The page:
The damselfly folds its wings
over its body when at rest. Captured,
it should not be killed
in cyanide, but allowed to die
slowly: then the colors,
especially the reds and blues,
will last. In the hand
it crushes easily into a rosy
slime. Its powers of flight
are weak. The trout
feeds on the living damselfly.
The trout leaps up from the water,
and if there is sun you see
the briefest shiver of gold,
and then the river again.
When the trout dies
it turns its white belly
to the mirror of the sky.
The heron fishes for the trout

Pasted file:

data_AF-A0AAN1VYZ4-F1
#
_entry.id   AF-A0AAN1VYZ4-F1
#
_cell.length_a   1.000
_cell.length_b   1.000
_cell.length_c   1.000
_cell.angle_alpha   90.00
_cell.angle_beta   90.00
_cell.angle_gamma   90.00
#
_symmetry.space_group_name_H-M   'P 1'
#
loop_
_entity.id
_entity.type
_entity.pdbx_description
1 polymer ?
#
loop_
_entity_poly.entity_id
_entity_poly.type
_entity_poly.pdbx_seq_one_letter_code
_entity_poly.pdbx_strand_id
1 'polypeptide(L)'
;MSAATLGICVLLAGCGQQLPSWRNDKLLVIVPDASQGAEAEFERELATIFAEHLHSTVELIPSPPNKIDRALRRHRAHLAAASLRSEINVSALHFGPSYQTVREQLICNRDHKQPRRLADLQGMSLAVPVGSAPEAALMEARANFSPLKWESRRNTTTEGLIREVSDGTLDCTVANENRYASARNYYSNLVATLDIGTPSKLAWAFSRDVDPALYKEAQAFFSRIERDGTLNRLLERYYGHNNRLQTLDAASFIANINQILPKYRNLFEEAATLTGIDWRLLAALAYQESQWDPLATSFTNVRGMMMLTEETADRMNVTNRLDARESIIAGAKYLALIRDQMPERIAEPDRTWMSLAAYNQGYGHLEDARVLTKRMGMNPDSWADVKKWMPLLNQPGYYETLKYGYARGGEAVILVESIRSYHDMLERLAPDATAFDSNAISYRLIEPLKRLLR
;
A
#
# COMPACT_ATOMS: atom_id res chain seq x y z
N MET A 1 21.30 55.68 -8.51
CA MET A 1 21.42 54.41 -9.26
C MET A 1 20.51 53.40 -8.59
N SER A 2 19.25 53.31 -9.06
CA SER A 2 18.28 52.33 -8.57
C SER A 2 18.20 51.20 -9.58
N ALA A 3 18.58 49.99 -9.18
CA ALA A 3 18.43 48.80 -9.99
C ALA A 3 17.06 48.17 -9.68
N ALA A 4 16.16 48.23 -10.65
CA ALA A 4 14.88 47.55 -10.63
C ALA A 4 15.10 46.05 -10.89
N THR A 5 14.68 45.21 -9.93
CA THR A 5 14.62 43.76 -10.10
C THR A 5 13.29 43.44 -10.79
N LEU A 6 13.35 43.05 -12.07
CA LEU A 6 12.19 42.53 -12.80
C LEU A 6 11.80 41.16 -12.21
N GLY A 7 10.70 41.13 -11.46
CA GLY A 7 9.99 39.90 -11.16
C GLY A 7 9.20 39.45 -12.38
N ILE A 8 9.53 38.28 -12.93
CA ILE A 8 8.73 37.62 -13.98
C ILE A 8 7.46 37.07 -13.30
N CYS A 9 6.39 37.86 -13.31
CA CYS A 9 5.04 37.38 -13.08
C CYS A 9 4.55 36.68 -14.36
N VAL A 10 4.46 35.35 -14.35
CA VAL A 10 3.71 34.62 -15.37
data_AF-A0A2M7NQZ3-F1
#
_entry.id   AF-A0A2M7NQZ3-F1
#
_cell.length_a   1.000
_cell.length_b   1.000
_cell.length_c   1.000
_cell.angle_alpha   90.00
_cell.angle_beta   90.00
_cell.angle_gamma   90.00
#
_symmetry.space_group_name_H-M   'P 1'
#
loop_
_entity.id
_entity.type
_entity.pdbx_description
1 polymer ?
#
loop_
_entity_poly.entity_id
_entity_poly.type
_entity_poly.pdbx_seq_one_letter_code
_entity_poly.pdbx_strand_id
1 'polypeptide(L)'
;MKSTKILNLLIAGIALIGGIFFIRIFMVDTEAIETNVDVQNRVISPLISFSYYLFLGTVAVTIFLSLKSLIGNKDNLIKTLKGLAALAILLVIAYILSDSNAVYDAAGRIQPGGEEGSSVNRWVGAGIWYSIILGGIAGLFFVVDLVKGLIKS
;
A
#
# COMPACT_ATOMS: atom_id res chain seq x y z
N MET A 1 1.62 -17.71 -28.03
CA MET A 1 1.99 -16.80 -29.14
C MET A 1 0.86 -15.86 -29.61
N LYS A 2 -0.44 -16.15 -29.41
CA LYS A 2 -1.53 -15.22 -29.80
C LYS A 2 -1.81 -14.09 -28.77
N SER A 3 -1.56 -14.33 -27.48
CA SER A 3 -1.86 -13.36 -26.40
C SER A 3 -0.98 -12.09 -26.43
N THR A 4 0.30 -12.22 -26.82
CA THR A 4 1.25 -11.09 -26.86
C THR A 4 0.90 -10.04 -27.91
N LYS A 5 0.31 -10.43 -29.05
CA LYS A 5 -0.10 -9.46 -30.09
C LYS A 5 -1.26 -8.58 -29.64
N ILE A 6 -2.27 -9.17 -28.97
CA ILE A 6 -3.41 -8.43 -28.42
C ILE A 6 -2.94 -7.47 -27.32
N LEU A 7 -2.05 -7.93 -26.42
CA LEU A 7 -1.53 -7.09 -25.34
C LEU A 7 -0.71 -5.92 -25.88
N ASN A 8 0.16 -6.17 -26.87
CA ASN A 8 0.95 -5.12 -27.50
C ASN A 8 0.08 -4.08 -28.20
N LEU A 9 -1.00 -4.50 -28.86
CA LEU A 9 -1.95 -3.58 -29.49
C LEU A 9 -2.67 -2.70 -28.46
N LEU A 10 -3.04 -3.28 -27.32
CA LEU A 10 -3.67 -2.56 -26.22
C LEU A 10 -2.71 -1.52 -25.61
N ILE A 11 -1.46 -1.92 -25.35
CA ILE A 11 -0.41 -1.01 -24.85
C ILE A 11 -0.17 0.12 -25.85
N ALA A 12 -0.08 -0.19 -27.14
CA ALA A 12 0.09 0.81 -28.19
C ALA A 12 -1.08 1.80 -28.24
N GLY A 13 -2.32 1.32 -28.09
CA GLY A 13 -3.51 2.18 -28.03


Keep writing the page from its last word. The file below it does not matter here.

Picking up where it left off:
in the gravelly shallows on the far
side of the stream. The heron
is the exact blue of the shadows
the sun makes of trees on water.
When you hold the heron most clearly
in your eye, you are least certain
it is there. When the blue heron dies,
it lies beyond reach
on the far side of the river.
John Engels, “Damselfly, Trout, Heron” from Weather-Fear: New and Selected Poems (Athens: The University of Georgia Press, 1983). Copyright © 1983 by John Engels. Used with the permission of the author.
Source: Weather-Fear: New and Selected Poems 1958-1982